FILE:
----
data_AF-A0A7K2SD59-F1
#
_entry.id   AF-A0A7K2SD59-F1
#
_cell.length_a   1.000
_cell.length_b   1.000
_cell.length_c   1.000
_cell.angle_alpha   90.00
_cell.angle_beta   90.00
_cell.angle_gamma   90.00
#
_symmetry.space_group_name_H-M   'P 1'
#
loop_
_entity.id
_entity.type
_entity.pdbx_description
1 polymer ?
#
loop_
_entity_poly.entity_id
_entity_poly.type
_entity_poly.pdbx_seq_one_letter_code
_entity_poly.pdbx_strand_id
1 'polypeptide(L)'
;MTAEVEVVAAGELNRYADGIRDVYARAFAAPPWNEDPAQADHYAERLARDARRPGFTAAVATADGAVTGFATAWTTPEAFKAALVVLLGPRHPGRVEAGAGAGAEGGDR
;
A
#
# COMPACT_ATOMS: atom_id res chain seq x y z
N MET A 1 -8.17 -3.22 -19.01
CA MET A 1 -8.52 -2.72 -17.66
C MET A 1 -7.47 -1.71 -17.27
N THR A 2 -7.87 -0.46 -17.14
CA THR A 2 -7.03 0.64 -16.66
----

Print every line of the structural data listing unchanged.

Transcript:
data_AF-A0A7K2SD59-F1
#
_entry.id   AF-A0A7K2SD59-F1
#
_cell.length_a   1.000
_cell.length_b   1.000
_cell.length_c   1.000
_cell.angle_alpha   90.00
_cell.angle_beta   90.00
_cell.angle_gamma   90.00
#
_symmetry.space_group_name_H-M   'P 1'
#
loop_
_entity.id
_entity.type
_entity.pdbx_description
1 polymer ?
#
loop_
_entity_poly.entity_id
_entity_poly.type
_entity_poly.pdbx_seq_one_letter_code
_entity_poly.pdbx_strand_id
1 'polypeptide(L)'
;MTAEVEVVAAGELNRYADGIRDVYARAFAAPPWNEDPAQADHYAERLARDARRPGFTAAVATADGAVTGFATAWTTPEAFKAALVVLLGPRHPGRVEAGAGAGAEGGDR
;
A
#
# COMPACT_ATOMS: atom_id res chain seq x y z
N MET A 1 -8.17 -3.22 -19.01
CA MET A 1 -8.52 -2.72 -17.66
C MET A 1 -7.47 -1.71 -17.27
N THR A 2 -7.87 -0.46 -17.14
CA THR A 2 -7.03 0.64 -16.66